Let the Warm Love Flow: Messages from Marion Woodman

Marion Woodman 2007

Marion Woodman 2007

Marion Woodman’s last letter came in February 2011, almost three years after my husband Vic’s death.

I first met Marion in 1988 when I went to my first workshop with her. We had corresponded since 2003. In the last years, her neat and orderly letters became scraps on the back of an envelope or old greeting card. Lines wandered about the page, but she was still there with wise intuitions, reflections, and guidance.

When I needed encouragement to finish my book, Leaning into Love: A Spiritual Journey through Grief, she wrote, “DO IT!” When I needed comfort, she held my raw grief tenderly and wrote of her own marriage and how hard it would be to go it alone.

In her last note scrawled on the back of an old birthday card, she said she was determined to write to me. Her note ended with this: “As you bring to consciousness your feeling and try to work with it. Be Gentle with yourself. Let the warm love flow.”


Photo of Vic and me on Sophia altar at Body/Soul Rhythms Workshop, 2007

She was saying goodbye and leaving me with a tough assignment. It’s easier to notice and criticize what I lack or where I fail. But without nurturing myself with love and gentleness, what’s the point of this life?

In 2004, I dreamed of Marion as an ancient Crone handing out cookies to a crowd. Her big belly laugh filled the dream space. I told her the dream at a workshop while we sat in a quiet room, knee to knee. I described the thick blue eye makeup, wild gray hair, and messy maroon lipstick of Dream Marion. As I told Marion the details, she obviously enjoyed being a spiritual clown and wise fool. She laughed from the belly, just as she had in the dream, but instead of cookies, she shared sweet understanding and insight.

She fed me sacred soul food.

With Marion, 2005

With Marion, 2005

Marion taught me to honor the Sacred Feminine. She was devoted to Sophia, St. Anne, and the Virgin Mary, but she found wisdom in all world religions and myths. She nourished me with C.G. Jung, Marie Louise von Franz, and her own books. She recited poetry and Shakespeare by heart and found archetypal wisdom in fairy tales. Through dance, art, ritual, and sound, she helped me connect psyche and body. She was the feminine inspiration I craved after years of studying male philosophers with male teachers.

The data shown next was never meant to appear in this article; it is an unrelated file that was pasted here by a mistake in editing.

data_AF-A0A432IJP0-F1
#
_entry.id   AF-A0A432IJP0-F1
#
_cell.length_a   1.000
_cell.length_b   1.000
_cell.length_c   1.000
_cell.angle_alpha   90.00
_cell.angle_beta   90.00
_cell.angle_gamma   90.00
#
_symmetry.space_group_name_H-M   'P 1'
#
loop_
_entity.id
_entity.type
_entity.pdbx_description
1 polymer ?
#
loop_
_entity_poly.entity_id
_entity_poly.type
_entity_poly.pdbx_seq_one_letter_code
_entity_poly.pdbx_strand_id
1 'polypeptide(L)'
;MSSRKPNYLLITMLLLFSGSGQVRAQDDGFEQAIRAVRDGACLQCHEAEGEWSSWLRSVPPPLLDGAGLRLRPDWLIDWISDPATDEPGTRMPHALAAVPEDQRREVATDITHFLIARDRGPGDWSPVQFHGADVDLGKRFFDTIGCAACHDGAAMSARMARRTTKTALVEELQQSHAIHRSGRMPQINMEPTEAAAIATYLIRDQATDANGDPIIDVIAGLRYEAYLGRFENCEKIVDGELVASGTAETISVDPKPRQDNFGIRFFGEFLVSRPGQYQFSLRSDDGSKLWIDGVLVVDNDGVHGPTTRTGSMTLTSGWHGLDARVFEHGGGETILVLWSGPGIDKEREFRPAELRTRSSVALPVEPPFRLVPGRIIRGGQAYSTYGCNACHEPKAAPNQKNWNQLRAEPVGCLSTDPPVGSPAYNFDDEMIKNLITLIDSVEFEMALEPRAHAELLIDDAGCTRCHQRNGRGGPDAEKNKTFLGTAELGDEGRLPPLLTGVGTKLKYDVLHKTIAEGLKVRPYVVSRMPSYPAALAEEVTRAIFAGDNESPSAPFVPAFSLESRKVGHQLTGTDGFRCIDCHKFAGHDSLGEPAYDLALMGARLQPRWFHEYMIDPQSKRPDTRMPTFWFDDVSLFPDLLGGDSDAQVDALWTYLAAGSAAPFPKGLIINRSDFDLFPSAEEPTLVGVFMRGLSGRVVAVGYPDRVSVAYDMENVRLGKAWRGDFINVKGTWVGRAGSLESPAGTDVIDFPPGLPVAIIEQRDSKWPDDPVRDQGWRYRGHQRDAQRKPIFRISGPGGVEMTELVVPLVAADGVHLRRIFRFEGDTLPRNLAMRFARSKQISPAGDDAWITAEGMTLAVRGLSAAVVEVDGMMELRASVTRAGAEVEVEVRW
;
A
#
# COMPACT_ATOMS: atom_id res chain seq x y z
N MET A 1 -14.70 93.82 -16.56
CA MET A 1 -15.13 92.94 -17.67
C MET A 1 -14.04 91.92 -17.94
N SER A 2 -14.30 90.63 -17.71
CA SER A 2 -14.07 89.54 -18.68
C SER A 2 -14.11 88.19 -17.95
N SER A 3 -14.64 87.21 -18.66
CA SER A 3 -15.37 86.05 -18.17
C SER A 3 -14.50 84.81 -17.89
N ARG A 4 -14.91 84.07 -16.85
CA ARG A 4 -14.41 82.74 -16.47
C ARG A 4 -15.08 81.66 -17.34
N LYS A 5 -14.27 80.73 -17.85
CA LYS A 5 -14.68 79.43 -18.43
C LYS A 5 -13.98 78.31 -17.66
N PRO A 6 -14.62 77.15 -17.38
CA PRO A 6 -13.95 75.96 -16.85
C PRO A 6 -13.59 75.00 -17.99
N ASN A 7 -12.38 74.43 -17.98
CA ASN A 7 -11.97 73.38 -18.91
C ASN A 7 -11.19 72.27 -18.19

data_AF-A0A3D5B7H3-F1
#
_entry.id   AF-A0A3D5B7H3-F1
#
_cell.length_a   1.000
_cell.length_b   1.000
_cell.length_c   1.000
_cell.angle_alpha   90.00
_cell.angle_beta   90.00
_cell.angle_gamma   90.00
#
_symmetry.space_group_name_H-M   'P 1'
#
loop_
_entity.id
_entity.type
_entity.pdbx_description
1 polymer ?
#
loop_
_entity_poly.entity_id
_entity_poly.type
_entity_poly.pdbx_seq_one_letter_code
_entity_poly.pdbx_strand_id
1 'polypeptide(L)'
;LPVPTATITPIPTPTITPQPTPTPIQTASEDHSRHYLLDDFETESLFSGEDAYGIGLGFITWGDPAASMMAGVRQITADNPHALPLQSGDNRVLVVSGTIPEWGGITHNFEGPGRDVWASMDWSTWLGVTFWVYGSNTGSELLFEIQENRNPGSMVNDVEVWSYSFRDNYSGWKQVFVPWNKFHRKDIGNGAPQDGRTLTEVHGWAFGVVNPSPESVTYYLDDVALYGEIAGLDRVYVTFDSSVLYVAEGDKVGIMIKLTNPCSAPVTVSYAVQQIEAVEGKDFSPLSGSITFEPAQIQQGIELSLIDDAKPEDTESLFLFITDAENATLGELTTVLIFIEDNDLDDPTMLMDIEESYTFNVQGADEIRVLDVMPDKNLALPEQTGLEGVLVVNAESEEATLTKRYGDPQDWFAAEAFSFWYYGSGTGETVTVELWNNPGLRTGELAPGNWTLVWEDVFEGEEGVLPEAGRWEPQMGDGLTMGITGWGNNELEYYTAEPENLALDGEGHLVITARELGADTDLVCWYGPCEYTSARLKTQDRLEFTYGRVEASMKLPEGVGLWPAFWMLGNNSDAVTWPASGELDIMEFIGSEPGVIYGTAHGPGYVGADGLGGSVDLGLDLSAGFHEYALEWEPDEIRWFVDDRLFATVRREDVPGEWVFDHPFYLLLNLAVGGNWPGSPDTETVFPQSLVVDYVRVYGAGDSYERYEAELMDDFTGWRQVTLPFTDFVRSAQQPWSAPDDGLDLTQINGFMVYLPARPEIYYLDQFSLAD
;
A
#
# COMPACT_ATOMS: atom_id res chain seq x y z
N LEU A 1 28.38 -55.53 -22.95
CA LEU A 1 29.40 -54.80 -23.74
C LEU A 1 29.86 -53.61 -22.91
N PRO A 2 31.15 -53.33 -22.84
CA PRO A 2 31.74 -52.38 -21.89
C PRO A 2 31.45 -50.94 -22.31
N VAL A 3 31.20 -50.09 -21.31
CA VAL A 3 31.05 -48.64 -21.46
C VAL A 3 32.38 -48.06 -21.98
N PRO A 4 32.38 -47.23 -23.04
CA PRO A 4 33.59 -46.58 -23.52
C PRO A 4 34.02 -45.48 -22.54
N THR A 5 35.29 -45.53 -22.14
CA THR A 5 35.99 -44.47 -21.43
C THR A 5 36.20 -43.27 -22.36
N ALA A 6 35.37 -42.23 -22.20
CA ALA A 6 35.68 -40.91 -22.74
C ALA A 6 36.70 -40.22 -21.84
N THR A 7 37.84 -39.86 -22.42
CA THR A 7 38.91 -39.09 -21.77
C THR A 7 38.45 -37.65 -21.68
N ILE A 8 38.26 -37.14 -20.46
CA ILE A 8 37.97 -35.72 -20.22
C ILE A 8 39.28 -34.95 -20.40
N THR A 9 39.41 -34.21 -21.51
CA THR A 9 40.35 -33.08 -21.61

A few of many Marion Woodman books on my shelves

A few of many Marion Woodman books on my shelves



Thank you, Marion, for standing next to me in the underworld of grief after Vic’s death. Thank you for believing in me and helping me believe in myself. Thank you for teaching me what an authentic woman can be and give. If she dares.


Marion Woodman is an author and retired Jungian analyst who founded Body/Soul Rhythms with Mary Hamilton and Ann Skinner. The Marion Woodman Foundation continues to support this work. l hope you will enjoy this three minute video of Marion and my blog called Falling in Love with Marion Woodman: 2003.

  1. Dear Elaine, a different Marion, spelled with an “o.” Thank you for introducing me to this wise woman. I read the blog from March 12, 2013 and enjoyed the YouTube video as well. I especially liked your descriptive phrase of Marion as a combination a “spiritual clown and wise fool.”